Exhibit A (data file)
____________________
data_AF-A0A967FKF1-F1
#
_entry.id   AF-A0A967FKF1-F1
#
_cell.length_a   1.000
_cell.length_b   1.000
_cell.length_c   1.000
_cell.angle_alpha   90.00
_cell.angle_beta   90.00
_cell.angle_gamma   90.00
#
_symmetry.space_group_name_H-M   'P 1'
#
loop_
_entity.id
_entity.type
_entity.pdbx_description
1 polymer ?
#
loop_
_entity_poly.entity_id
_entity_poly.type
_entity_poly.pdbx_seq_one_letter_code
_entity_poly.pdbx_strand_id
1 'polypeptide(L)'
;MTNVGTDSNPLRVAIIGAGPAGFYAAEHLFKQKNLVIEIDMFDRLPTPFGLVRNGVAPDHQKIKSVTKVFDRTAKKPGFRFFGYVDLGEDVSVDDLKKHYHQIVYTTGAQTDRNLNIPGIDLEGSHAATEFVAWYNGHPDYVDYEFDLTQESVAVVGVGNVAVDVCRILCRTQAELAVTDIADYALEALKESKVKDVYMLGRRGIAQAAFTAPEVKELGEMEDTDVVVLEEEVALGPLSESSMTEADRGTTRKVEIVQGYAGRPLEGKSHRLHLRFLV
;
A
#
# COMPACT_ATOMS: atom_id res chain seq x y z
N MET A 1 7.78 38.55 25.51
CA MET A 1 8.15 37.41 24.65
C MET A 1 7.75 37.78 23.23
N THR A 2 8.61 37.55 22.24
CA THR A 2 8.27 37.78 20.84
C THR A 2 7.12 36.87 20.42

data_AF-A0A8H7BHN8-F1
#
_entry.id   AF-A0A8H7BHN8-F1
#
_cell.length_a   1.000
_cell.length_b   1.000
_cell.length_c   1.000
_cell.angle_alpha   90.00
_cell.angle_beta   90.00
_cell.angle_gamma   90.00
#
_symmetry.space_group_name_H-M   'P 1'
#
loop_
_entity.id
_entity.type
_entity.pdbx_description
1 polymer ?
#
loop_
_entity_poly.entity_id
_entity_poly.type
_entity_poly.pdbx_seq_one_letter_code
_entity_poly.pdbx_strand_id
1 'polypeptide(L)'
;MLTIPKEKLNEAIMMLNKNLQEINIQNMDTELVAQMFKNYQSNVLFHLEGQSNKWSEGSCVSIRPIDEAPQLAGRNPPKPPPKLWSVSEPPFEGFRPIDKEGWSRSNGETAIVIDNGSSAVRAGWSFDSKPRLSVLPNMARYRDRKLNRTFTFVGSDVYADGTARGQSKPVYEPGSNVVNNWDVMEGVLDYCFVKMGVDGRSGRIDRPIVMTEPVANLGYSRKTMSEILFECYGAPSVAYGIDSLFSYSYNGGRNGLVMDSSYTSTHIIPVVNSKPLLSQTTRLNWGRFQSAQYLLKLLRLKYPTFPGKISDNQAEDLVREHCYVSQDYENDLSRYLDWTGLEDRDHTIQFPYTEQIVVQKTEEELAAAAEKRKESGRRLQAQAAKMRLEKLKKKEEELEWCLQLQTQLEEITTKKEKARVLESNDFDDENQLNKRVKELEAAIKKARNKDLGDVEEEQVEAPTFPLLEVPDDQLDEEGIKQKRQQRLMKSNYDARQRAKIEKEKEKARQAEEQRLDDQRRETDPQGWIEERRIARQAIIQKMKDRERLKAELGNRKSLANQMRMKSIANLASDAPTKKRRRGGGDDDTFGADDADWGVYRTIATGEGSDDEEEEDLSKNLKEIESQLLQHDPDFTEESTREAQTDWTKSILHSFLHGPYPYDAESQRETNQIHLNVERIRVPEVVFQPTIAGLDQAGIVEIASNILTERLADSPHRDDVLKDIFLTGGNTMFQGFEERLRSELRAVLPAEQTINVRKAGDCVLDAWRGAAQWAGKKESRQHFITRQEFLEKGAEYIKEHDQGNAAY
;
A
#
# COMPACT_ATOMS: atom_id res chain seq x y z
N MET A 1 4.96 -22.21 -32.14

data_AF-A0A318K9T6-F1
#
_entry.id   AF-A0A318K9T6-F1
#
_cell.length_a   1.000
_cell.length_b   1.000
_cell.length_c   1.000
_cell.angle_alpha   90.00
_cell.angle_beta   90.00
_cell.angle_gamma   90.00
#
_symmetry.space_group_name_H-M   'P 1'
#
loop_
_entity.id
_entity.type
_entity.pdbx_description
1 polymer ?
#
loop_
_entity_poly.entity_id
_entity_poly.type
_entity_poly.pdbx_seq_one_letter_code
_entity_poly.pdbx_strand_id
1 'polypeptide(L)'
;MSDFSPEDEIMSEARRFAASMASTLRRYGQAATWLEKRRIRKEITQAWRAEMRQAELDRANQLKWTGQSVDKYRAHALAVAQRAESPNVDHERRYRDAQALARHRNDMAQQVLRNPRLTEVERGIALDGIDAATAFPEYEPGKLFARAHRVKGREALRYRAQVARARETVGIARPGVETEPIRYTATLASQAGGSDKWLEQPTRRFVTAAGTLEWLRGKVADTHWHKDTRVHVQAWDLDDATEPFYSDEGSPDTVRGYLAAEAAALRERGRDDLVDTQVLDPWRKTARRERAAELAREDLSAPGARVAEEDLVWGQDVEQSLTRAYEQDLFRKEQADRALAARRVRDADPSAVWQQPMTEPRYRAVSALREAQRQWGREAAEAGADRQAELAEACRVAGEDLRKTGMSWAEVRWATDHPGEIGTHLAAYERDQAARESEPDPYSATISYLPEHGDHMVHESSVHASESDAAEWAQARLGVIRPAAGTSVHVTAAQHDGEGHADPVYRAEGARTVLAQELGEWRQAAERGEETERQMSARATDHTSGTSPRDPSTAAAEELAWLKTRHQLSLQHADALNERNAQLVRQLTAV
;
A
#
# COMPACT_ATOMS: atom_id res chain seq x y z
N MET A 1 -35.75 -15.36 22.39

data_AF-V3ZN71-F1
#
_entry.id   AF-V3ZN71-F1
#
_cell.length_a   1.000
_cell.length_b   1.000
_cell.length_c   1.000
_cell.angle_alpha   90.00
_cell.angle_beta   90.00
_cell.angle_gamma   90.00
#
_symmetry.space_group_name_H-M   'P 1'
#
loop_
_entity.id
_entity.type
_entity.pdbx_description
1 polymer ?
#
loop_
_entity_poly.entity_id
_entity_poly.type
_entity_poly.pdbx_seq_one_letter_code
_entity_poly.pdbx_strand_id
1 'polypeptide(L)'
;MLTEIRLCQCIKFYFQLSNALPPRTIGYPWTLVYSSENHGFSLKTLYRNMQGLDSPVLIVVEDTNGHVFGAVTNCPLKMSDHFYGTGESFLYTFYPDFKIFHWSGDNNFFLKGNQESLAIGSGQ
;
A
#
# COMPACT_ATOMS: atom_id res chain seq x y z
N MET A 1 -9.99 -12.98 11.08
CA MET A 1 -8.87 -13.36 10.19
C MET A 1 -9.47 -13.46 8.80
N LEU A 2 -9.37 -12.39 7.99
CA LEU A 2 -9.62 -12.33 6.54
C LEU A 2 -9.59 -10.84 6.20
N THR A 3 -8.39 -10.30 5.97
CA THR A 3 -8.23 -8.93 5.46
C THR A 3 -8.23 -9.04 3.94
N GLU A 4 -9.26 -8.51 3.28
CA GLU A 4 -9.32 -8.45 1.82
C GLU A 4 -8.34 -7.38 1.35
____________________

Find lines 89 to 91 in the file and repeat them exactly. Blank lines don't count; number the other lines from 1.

_entity_poly.type
_entity_poly.pdbx_seq_one_letter_code
_entity_poly.pdbx_strand_id